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A picture of the old chancery building on RvStreet in northwest Washington DC. — Geo News/YouTube/Screengrab

The process for the sale of a Pakistan embassy property in Washington took a new twist as sources privy to the matter said that the government is considering rebidding for the state-owned building despite already receiving the highest bid.

Pakistani businessman Shahal Khan made the highest bid of $6.8 million to purchase the old chancery building on R Street in northwest Washington DC, it emerged earlier this week.

However, sources said that Khan still awaits a response from the government to finalise the deal. The sources said that the government is avoiding contact with the highest bidder.

In November last year, Information Minister Marriyum Aurangzeb had announced that the cabinet had greenlit the proposal of auctioning one of the two buildings in Washington owned by the Pakistan embassy.

She said that in 2010, the then-prime minister approved the renovation of these two buildings. The renovation of one of the buildings was completed but only 60% work could be completed on the other building.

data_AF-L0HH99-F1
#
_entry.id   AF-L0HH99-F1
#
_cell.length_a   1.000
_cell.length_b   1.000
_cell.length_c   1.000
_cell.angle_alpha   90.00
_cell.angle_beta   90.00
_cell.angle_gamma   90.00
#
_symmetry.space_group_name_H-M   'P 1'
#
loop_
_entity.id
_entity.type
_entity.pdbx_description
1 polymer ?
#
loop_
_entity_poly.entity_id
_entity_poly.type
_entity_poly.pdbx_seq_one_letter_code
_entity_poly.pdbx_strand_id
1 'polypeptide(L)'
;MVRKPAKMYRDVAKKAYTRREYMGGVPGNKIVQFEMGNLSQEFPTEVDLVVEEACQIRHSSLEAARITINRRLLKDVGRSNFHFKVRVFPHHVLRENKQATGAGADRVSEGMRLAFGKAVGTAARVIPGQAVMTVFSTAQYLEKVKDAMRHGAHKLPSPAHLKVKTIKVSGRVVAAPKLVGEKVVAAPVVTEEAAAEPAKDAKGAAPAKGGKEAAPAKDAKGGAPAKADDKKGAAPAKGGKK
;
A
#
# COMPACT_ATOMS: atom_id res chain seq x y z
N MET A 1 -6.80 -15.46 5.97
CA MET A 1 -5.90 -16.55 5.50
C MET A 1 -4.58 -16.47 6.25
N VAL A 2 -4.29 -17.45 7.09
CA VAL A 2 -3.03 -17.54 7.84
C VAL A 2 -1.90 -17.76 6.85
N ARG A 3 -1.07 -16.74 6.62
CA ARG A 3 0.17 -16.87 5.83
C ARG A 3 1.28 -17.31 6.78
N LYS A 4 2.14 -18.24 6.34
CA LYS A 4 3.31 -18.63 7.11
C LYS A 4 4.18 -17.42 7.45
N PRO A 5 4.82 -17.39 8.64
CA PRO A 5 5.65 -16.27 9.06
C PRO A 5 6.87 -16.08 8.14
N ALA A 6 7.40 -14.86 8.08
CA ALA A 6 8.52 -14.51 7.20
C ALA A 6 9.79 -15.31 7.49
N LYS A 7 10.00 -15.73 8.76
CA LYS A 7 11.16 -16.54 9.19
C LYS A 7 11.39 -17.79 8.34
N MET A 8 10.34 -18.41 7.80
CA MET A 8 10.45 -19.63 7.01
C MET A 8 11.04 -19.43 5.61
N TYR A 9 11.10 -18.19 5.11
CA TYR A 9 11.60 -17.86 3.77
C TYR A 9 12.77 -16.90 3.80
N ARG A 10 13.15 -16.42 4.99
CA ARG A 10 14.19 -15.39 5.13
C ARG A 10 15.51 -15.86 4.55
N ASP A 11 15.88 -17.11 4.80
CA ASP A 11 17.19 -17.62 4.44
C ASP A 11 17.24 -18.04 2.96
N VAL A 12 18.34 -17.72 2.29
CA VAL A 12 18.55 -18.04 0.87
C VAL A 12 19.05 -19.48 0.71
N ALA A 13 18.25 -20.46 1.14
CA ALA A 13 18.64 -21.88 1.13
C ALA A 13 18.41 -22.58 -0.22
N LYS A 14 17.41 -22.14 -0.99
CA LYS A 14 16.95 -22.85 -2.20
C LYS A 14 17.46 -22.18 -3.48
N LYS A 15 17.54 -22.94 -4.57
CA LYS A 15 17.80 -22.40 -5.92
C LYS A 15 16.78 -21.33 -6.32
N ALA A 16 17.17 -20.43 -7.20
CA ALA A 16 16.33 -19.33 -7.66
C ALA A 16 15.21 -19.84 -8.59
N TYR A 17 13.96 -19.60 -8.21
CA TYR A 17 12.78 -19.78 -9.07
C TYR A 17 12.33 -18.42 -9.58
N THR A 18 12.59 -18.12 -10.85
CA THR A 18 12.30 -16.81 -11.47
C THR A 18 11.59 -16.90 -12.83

The minister said the US government had revoked the diplomatic status of the building and so far the government had paid $819,000 in taxes. She said after 2019, $1.3 million in tax had been paid on the building without any use.

As the building was not suitable for use due to incomplete renovation and its diplomatic status had ended, the cabinet approved the proposal to auction the building transparently.

She said that in the past, a $4.5 million bid was given, but now a bid of $6.9 million has been given, which was $2.3 million higher than the previous one. If Pakistan did not auction the said building, the United States would itself auction it.

Meanwhile, in December Foreign Office spokeswoman Mumtaz Zahra Baloch had also confirmed the approval of the sale.

In her weekly presser, spokeswoman Mumtaz Zahra Baloch said the building in question was smaller of the two buildings in which the Embassy of Pakistan was situated in the past and had become vacant in 2003 when the embassy moved to the new premises.

She said the sale of the property had become important, as not only was it vacant and in disrepair, but also because the building no longer enjoyed diplomatic status and was subject to local building and taxation regulations.

“The Government of Pakistan has, therefore, decided, after a thorough inter-ministerial process, that the property will be sold in an open bidding process fulfilling all codal and legal formalities,” she explained.

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